brains evolution human(s) research lab/work How It Works

If I Only Had A Brain (Organoid)

What would you think if I told you I grow human brains in a lab?

Fig. 1 (Meme 1) Would you believe it if I told you that I grow human brains in a lab? Well, I do not (yet) but we do have the technology! Welcome to the future. (Image source: Christopher G. Claypool via imgflip)

What exactly is a brain organoid?

Cerebral organoids are not fully-grown brains, but they are innovative mini models (a few millimeters in size) that we can grow in a dish to study the basic biology of the real thing [1].

In a world where good brains are hard to find…

Why would we want to grow a human brain organoid in the first place? That one is easy: real human brains are precious. Not only are they complex organs but they are difficult to study for a few reasons:

  1. Brains are hard to get to – you have to get through that thick skull first! So, we are physically limited if we want to study a real live brain.

  2. Brains are not easy to come by. They don’t exactly grow on trees (would you be willing to give us your brain? Probably not)! So, we are limited to a small number of them.

  3. Brains are not all the same. Some are new, some are old, and some are diseased. We cannot count on them to be the consistent, reproducible, reliable test subjects that we need to do good science.

Fig. 2 (Meme 2) There are several reasons why we know so little about brains; they are quite difficult to study. (Image source: Christopher G. Claypool via imgflip)

You might ask, “can’t we just use an animal’s brain instead?” Yes! We can learn a lot from animal brains, but they are not always a good enough model for the human brain. For example, the human brain has unique development and it is (somehow) responsible for many behaviors that we do not see in any other species. Chimpanzees are our closest relatives, yet they are not out here driving cars and contributing to society. So, the brains of other primates just will not do if you are interested in uniquely human traits. Thus, human brain organoids give us the opportunity to grow our own brains in the lab and do our research.

What would we do with a brain if we had one?

What can we learn from these brain organoids? A lot! Scientists can use organoids as experimental models to study pathology (like Alzheimer’s disease, schizophrenia, and autism), the blood-brain barrier, brain development, and brain evolution among other things [2]. For example, one research group recently grew brain organoids of human, chimpanzee, and rhesus monkey and studied them to understand how evolution has shaped the development of the unique brain that we see in humans [3].


Fig. 3 – A 3-dimensional model of the human brain. Much like this artificial brain is a visual representation of the real thing, a cerebral organoid is a biological representation of the real thing. (Image source: Robina Weermeijer via Unsplash)

How to grow a brain:

Before we grow a brain in the lab, we must understand two concepts: biological organization and differentiation. The cell is the most basic building block of all life. Multicellular organisms (like humans) have a diversity of cells. Think: a skin cell is different from a liver cell, with lots of specific subtypes that perform different jobs. Where do all these cell types come from? Stem cells! We all started as a single cell (a stem cell) that divided to make all the cells in our bodies. Chemical signals tell stem cells what kind of mature cell type to turn into. This process is called differentiation and it happens as our bodies develop. Combinations of different mature cell types organize into tissues and combinations of different tissues organize into organs [4]. It is complicated stuff, but nature makes it look easy.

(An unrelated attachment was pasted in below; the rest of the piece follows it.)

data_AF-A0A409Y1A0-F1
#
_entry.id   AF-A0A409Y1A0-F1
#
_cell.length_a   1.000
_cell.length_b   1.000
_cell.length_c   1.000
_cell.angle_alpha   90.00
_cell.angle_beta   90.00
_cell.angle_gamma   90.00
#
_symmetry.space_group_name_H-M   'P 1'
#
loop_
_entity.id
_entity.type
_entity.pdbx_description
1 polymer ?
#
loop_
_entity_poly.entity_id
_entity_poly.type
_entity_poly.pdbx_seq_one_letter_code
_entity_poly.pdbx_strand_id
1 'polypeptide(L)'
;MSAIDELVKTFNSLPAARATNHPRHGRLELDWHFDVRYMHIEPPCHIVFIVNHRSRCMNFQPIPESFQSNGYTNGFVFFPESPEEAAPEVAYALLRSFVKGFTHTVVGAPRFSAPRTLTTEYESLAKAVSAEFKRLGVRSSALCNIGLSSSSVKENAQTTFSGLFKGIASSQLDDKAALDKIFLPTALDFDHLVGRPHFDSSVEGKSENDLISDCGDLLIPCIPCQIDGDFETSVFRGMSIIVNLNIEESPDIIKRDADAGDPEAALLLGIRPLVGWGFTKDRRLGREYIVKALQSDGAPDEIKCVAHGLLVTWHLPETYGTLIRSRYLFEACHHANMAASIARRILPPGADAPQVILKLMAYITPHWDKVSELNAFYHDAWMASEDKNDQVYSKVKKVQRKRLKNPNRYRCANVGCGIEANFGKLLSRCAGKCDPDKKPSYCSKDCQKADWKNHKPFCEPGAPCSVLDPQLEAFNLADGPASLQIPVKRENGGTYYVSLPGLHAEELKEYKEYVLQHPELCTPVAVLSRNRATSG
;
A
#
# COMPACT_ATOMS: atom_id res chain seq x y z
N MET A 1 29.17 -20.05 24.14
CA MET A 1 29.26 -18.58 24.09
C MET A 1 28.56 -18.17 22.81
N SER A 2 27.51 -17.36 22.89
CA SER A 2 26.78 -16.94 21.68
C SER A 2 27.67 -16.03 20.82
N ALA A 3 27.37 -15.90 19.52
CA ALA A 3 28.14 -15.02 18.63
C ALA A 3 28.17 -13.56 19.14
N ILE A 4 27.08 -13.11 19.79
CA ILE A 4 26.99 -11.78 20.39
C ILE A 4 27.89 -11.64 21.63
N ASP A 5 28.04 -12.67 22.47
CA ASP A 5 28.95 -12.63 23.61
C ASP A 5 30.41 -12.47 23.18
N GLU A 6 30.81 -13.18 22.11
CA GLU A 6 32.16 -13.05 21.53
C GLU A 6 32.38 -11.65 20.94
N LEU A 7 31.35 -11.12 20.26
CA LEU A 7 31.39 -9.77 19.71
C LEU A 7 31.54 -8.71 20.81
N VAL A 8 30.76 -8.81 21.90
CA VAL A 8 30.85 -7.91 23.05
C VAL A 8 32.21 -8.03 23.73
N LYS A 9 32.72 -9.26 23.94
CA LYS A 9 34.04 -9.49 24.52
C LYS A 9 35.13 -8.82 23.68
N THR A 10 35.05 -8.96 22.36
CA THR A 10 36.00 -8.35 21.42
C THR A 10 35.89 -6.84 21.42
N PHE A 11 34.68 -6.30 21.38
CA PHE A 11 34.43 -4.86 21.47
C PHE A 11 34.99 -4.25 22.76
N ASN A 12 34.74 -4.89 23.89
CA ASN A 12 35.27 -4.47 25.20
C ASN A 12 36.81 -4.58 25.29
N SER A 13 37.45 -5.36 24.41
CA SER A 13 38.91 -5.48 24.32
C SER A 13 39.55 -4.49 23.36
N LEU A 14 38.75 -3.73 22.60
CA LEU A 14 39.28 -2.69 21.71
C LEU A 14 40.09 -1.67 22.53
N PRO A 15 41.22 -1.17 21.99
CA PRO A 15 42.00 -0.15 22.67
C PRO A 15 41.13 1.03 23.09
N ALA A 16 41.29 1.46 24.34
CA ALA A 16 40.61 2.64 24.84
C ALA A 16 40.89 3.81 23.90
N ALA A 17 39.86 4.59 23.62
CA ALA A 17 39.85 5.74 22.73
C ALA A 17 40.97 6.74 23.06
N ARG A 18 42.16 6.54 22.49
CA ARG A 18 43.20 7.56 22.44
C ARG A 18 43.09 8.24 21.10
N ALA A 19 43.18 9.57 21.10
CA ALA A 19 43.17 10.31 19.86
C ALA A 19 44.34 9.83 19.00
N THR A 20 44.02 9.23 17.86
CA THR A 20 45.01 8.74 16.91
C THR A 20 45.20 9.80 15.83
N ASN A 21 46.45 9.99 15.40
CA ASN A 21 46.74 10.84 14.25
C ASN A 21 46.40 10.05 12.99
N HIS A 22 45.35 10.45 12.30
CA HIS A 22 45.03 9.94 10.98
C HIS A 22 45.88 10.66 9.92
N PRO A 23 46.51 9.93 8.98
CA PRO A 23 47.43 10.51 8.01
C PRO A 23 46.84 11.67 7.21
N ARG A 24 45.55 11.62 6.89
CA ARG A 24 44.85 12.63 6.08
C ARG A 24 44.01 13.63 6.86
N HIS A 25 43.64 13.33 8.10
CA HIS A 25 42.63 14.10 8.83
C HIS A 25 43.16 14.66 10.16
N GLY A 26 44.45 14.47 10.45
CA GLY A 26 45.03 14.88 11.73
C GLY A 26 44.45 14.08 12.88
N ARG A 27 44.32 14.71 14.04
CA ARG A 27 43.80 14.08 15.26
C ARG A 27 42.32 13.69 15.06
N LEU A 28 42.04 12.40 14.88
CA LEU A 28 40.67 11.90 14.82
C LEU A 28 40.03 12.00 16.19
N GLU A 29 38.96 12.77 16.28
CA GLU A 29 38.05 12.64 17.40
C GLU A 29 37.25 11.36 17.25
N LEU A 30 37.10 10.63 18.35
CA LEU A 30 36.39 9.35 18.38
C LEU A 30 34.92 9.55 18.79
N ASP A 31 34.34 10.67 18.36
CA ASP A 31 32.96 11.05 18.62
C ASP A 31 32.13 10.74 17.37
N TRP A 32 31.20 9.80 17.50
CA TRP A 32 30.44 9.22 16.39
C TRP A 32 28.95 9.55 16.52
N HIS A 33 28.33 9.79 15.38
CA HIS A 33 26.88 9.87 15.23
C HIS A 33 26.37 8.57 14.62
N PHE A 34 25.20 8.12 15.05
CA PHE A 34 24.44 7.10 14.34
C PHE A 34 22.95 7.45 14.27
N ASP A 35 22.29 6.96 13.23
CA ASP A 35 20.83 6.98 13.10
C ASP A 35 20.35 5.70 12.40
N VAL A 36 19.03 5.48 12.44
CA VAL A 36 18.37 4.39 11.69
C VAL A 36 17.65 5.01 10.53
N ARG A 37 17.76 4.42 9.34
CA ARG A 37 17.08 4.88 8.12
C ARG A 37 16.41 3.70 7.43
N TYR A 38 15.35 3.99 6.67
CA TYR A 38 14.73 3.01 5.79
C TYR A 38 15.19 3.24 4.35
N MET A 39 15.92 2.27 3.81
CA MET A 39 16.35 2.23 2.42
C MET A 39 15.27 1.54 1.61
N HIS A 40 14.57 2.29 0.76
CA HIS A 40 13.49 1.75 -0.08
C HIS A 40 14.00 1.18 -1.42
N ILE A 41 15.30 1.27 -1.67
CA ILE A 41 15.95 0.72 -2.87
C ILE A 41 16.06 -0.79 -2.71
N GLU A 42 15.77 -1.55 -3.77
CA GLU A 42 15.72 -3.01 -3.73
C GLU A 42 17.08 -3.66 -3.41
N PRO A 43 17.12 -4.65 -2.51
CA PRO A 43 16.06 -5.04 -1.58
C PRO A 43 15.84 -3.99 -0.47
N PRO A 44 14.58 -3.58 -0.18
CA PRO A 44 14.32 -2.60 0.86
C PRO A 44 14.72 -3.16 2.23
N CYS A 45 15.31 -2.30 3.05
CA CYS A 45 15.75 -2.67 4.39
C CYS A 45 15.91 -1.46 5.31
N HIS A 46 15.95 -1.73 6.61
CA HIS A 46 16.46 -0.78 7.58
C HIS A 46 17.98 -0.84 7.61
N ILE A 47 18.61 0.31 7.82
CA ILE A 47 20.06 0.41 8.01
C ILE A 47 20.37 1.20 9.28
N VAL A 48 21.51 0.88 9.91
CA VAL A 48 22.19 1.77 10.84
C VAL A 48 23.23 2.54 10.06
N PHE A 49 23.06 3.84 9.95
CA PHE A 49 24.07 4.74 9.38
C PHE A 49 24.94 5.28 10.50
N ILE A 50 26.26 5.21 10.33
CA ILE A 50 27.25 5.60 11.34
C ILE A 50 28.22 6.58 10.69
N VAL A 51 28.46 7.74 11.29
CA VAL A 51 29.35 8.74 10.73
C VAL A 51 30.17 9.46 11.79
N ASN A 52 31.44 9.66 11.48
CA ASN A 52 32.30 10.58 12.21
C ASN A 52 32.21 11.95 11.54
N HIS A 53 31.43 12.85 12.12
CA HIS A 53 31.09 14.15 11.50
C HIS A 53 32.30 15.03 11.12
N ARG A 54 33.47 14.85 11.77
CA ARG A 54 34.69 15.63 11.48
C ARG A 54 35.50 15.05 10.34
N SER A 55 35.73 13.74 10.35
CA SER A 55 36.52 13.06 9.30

Fig. 4 – An example of biological organization. Many cells come together to form tissue, which forms an organ. Several organs make up a system, and multiple systems work together for an organism to function. (Image source: LibreTexts)

To grow a brain in the lab, we try to mimic nature so that the cells will differentiate and self-assemble into brain tissue. We start with induced pluripotent stem cells (iPSCs), or mature cells that were undifferentiated (turned back into) stem cells – a major feat of genetic engineering on its own [5]! With these iPSCs, we can make any kind of cell we want by exposing them to the right chemical signals at the right time (these media are commercially available). First, we differentiate iPSCs into neural progenitor cells (NPCs, as previously reported), then into mature cells like neurons [6]. Depending on the brain region we want to study, we may be able to simply grow the cells in a dish in an incubator (set to body temperature) or we might need to use a bioreactor – a high-tech device that precisely controls the internal conditions (oxygen, nutrients) [5, 7]. If we are successful, we could have an organoid ready for experiments in a couple of months [5]. Much faster than a human!


[1] George Church. 2017. “The future of genetic codes and BRAIN codes.” Filmed February 8 2017 at Marshall W. Nirenberg Lecture, Harvard Medical School. Video, 23:34.

[2] Cerebral organoid. Wikipedia. Accessed August 31, 2020.

[3] Sabina Kanton, Michael James Boyle, Zhisong He, et al. 2019. “Organoid single-cell genomic atlas uncovers human-specific features of brain development.” Nature 574, 418-422.

[4] Biological organisation*. Wikipedia. *Accessed August 31, 2020.

[5] Elizabeth Di Lullo and Arnold R. Kriegstein. 2017. “The use of brain organoids to investigate neural development and disease.” Nature Reviews Neuroscience 18(10), 573-584.

[6] Zintel, Trisha. 2018. “Research Highlight - Making Brain Cells.” That’s Life [Science].

[7] Bioreactor. Wikipedia. Accessed August 31, 2020.

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